by Maria Reidelbach
Maybe our grannies knew how to cook without depending on recipes, but it’s been a long time since most Americans have had those kinds of kitchen skills. I was lucky that my mother was great in the kitchen—she learned country cooking on the Appalachian farm where she grew up, honing her skills in Europe, where our army family was stationed in the 1950s. Even though I loved her cooking, I was determined to be emancipated from a domestic future and avoided cooking anything but TV dinners.
On my own and in college, I resorted to cookbooks to put food on my table. Even in hippie sources like The Moosewood Cookbook, recipes were rather intimidatingly authoritative, with precise lists of ingredients and mysterious procedures and time frames. I followed them faithfully and seldom veered from their proscribed path, pleased to produce (mostly) edible meals. For many years, that’s all that I did. When an African friend taught me how to cook a few things without resorting to printed formulas, I was amazed and delighted. A small window had opened.
Still, it amazes me how long it has taken to shake off the dependence on specific instructions. I think it’s because we learn to cook from books, not from each other, and our own experiences.
This is changing though. Thanks to cable television and YouTube, we have an endless parade of cooking demonstrations to view, so we can watch skilled cooks at work. Cookbooks are changing, too. I love the new wave books that are more conversational in style, that explain the whys, and are based on simple master recipes that can be varied at will, allowing me to substitute whatever is seasonal or available in my cupboards and fridge.
One of the friendliest and tastiest new cookbooks I’ve seen is Small Victories: Recipes, Advice + Hundreds of Ideas for Home-Cooking Triumphs, by Julia Turshen. A former private chef who now lives in the Hudson Valley, Turshen has coauthored many cookbooks, partnering with everyone from Mario Batali to Gwyneth Paltrow. This is her first solo effort and is focused on home cooking delicious and comforting meals for both body and soul. Within this attractive book, Turshen generously shares a lifetime of great tips, techniques, and combinations of “small victories” that make preparing food at home easier, more delicious, and more fun. I love her stove-side manner; I felt like I was right in the kitchen with her, learning at her elbow. The book is illustrated with beautiful photographs, styled with her own tableware, much of it obviously well-loved.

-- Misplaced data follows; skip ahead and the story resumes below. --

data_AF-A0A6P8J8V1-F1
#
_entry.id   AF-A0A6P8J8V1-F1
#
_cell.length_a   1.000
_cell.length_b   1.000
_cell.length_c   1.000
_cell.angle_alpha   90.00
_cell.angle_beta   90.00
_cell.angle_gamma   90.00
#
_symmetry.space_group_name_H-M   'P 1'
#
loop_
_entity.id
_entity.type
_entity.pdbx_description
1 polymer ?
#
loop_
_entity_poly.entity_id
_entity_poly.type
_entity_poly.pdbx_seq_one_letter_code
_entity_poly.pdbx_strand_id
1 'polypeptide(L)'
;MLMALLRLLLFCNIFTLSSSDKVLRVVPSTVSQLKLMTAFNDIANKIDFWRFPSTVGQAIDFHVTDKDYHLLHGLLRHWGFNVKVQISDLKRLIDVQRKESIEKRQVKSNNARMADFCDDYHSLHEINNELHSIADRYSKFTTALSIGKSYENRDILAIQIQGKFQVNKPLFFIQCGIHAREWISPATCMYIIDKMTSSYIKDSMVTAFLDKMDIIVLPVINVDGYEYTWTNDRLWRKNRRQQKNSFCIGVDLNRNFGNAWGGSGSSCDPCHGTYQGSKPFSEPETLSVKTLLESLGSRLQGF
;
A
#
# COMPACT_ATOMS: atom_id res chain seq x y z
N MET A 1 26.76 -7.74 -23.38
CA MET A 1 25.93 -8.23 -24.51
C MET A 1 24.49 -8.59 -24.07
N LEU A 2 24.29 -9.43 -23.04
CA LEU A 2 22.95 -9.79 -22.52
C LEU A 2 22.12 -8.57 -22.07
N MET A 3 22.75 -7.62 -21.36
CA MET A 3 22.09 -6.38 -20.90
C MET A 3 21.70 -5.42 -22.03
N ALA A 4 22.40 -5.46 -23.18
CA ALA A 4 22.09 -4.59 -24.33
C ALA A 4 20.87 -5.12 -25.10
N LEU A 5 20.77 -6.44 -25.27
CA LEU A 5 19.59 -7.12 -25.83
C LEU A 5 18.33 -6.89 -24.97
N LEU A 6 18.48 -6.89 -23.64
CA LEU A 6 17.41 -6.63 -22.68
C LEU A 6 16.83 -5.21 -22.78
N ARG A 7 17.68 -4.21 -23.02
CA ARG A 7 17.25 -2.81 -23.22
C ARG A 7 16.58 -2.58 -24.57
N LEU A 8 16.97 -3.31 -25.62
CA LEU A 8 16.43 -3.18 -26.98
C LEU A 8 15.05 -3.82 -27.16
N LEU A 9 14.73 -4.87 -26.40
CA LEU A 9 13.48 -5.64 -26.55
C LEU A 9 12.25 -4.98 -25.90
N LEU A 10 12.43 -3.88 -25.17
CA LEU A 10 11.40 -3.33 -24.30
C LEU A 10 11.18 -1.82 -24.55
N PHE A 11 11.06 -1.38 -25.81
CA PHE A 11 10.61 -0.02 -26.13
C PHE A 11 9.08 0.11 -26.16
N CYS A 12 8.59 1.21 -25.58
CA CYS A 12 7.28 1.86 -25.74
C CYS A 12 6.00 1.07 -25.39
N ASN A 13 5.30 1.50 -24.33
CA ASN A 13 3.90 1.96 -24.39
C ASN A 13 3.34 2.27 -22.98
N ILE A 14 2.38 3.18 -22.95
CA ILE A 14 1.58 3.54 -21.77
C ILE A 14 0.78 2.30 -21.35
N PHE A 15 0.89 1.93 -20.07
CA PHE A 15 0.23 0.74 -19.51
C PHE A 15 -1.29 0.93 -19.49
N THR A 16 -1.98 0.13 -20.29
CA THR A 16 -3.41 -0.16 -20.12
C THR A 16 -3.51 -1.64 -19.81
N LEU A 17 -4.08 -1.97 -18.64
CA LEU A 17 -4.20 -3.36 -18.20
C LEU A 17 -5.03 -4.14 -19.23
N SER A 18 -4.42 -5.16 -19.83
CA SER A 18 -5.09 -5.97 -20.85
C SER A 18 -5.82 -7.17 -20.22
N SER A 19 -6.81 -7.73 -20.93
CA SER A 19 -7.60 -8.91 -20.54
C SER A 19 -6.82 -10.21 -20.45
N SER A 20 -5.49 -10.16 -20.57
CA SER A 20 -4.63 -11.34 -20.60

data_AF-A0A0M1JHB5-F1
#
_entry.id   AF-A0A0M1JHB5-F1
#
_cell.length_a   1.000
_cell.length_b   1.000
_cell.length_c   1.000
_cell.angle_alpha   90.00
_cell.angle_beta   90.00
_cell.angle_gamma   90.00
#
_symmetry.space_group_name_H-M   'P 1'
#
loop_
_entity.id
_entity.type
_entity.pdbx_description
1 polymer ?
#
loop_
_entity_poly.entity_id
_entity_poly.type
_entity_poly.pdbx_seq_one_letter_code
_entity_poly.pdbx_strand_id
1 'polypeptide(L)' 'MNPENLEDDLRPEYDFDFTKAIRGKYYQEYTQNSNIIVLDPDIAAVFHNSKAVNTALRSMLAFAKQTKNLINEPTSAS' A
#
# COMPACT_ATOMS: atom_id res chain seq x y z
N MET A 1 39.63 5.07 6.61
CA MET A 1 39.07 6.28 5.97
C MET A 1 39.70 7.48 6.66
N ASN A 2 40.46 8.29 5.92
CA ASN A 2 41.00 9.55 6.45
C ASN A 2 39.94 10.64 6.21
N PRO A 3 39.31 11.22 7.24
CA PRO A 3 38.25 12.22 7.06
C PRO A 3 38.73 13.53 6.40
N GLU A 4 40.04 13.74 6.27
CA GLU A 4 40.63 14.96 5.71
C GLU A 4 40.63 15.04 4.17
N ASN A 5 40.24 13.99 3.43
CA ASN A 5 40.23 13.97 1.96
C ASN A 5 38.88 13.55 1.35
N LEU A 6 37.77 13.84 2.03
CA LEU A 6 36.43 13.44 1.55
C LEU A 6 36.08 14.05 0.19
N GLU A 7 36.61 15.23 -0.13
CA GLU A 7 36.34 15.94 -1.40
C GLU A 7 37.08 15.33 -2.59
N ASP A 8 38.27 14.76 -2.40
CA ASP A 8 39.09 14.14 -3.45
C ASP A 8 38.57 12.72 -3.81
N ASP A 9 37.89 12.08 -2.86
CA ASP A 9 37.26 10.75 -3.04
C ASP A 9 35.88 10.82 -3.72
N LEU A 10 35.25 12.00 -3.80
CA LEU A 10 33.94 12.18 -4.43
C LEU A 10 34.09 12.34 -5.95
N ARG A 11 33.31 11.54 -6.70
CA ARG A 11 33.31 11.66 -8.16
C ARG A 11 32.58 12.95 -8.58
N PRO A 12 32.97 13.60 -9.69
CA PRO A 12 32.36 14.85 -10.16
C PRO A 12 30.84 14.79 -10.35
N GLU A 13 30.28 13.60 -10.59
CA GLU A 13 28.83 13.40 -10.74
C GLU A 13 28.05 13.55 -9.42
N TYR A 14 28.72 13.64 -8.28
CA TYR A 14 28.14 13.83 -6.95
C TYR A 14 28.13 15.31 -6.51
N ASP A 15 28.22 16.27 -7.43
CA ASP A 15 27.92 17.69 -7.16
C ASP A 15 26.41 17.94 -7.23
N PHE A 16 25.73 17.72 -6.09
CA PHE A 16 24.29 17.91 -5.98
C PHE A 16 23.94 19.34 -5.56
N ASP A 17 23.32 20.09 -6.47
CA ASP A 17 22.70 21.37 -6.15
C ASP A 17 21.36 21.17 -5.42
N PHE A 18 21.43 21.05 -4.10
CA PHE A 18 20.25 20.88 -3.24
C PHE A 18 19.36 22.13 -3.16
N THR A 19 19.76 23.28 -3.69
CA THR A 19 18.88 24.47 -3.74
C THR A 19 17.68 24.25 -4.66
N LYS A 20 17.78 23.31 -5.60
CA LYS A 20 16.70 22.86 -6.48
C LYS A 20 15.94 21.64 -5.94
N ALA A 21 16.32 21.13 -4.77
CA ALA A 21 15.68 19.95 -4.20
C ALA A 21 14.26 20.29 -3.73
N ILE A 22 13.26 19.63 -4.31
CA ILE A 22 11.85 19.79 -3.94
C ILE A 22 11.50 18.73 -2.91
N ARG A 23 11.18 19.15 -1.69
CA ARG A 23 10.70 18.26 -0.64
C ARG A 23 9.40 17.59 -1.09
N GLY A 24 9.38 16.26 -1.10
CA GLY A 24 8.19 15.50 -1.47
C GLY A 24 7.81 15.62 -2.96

When I visited with Turshen in that very kitchen, the comfortable feeling was amplified—tall and curly-haired, she was relaxed, confident, and supremely knowledgeable. “Everyone is becoming increasingly conscious of how much we use and how much we throw away. It’s very empowering for a home cook to realize how much each and every ingredient offers—how to get a lot out of a little.” Turshen shares great ways to use the odd leftovers. For example, how the juice from pickles, preserved lemons, and kimchi can spice up many dressings and dishes, and stale bread or tortilla chips can make fantastic crunchy beds or embellishments to other yummy dishes. “I just love it when something not-so-great anymore turns into something even better,” she laughs.